When you think of historic Lake Superior Shipwrecks, most think of The Wreck of The Edmund Fitzgerald. It's no doubt the most recent and deadly shipwreck on Lake Superior. But did you know there have been hundreds of shipwrecks? Some of them even took place right outside of the Aerial Lift Bridge!
The Henry B. Smith made way from Marquette Michigan on November 9th, 1913 with a load of iron ore. Plagued by delays all year, the captain was under pressure to make the delivery on time. He left the harbor in the lull of a gale. Shortly after leaving, the storm picked up again, and the ship was never seen again. The storm became known as the Great lakes Storm of 1913, where over a dozen ships sank and 250 sailors lost their lives on the Great Lakes.
No, we're not talking about the Pilgram's boat. This was schooner carrying sandstone for the construction of Duluth's High School. The ship lowered it's sails in a storm, broached and capsized just outside of Duluth. Three crew members were saved, but the Captain drowned.
In 1914, The Benjamin Noble was grossly overloaded with a cargo of railrod rails, but the young captain didn't want to complain and lose his commission. The ship was so low in the water, that they couldn't raise the anchors all the way on their way out of port. The captain hugged the shore on the way to Duluth, but after crossing Devil's Island, Lake Superior's winds took the best of her. Eyewitness reports vary on what happened next. A lighthouse keeper in Two Harbors reported waving off an unidentified ship trying to enter port twice. Pieces of wreckage from the Benjamin Noble were soon after found washed up on the shore of Park Point.
One of the more recent shipwrecks was the Henry Steinbrenner, which sank in 1953. The ship left Superior, Wisconsin on the way to Lake Eerie steel mills. The weather in the morning was favorable, but storms were predicted later in the day. Around 8pm, one of the leaves of a hatch worked loose and allowed water in. Crews were able to repair it, but soon the weather turned even worse with 80 MPH winds causing it to be unsafe for crew to work on the deck. Hatches blew open and water began pouring in. Soon it was apparent that the ship would sink. Confusion led to some men unable to make their way into lifeboats and falling overboard. Few survivors were rescued by nearby ships, but 17 men lost their lives. This incident led to new regulations on how hatches were built and refitted on other ships.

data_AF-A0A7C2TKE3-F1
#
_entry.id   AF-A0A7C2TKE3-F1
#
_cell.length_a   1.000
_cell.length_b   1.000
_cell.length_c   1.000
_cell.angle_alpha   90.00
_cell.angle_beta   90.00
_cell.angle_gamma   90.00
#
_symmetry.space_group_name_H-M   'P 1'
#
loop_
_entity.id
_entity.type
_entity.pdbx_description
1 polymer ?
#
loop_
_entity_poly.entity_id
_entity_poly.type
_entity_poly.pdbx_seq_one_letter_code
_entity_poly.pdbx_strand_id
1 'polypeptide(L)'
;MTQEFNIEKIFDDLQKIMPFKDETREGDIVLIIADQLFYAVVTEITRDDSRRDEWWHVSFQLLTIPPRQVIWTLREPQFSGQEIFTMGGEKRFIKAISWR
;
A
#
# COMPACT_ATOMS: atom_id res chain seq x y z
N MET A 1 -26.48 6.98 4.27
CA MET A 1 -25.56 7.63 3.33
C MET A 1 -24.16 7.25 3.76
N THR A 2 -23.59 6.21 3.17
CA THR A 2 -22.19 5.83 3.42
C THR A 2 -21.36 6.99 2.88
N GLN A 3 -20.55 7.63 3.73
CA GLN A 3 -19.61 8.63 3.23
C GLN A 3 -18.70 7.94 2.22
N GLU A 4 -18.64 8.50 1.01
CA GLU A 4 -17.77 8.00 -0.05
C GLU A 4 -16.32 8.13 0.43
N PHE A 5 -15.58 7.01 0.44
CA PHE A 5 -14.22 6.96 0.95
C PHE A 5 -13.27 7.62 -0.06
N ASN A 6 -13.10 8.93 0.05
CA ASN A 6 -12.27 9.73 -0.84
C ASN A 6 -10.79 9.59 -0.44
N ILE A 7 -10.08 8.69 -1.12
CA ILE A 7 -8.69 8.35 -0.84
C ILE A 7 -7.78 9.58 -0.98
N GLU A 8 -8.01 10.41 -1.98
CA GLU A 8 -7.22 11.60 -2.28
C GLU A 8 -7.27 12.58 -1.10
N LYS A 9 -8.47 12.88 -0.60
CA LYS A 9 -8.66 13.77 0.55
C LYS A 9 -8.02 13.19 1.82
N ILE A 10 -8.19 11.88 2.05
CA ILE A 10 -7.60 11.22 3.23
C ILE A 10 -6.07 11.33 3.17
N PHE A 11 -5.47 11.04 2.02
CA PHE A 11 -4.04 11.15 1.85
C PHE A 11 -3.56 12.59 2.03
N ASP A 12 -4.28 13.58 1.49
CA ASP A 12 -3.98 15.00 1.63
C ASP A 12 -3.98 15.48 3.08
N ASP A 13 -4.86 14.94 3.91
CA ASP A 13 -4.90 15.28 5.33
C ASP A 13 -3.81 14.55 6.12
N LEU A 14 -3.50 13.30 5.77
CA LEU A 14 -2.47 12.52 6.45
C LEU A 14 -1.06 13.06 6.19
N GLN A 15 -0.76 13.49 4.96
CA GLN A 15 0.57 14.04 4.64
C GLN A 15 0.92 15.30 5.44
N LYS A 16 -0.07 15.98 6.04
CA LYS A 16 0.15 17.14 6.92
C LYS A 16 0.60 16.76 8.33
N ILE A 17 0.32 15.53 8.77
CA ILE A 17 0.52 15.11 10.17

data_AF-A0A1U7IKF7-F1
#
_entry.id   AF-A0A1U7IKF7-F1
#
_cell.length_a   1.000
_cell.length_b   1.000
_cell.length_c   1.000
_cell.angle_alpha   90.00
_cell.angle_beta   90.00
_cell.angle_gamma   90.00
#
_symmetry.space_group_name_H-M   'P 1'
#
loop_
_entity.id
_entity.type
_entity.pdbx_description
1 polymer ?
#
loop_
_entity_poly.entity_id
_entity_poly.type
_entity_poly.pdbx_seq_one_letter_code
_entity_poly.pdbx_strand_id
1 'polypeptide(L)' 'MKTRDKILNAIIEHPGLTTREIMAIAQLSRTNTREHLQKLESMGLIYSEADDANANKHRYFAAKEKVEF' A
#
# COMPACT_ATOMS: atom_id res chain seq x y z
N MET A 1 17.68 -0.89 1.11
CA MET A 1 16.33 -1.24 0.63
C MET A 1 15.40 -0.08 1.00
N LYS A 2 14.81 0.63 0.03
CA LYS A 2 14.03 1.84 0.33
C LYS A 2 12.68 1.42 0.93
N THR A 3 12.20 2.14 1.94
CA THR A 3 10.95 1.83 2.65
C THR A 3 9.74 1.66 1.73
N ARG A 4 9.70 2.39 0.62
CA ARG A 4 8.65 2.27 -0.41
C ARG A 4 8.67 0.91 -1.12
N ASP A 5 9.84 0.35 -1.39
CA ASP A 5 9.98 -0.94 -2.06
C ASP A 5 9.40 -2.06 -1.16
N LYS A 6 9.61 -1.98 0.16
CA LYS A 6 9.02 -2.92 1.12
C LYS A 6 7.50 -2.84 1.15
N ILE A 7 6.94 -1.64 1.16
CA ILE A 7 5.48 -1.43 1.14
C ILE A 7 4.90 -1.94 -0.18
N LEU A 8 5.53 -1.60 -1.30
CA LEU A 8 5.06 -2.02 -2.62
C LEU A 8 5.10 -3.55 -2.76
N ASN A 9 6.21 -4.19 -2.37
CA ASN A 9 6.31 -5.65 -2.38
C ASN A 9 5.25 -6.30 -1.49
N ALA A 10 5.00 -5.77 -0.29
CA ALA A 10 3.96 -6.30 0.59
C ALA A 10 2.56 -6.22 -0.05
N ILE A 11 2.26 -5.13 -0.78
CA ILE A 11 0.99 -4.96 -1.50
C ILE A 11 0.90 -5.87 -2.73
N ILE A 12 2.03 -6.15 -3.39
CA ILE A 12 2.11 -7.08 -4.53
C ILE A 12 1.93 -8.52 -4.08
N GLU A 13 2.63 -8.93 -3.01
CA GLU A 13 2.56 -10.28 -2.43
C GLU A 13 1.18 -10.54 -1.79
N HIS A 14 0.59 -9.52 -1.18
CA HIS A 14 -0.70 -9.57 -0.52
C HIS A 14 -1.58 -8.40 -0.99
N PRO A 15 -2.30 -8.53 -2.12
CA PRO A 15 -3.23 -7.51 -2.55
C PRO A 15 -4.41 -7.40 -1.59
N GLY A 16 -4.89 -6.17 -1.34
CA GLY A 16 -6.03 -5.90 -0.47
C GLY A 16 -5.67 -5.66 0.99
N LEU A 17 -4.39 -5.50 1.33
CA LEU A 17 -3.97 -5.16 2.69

This is probably the most significant shipwreck that happened near Duluth. In fact it happened right outside of the Ariel Lift Bridge in 1902. The Thomas Wilson was a whaleback freighter that collided with another ship, the George Hadley. The Hadley was coming into port, and the Thomas Wilson was leaving the port. The inbound ship (George Hadley) was directed to the Superior Entry and turned to port. The Thomas Wilson was worried about running aground and unsure of the intentions of the other ship. They turned to starboard in a fatal mistake. The George Hadley collided with the Thomas Wilson striking it just forward of the aft hatch. The Thomas Wilson sank in under 3 minutes! 9 crew members drowned in the accident.
This tragedy led to new rules that are still in use today:
Ships cannot leave the harbor with open hatches.
Ships may not pull out from another ship following a collision.
Pilots may not carry out any order given by the captain when another vessel is sighted without first calling the captain's attention to the other vessel.
All ships must be equipped with signal systems to all parts of the vessel to warn of danger
When I first began researching this, I thought I would only find a handful of fascinating shipwreck stories. I was wrong. There are many more on Lake Superior alone, and if you expand to the other Great Lakes there are dozens more. I hope in the future to highlight some of the other historic wrecks.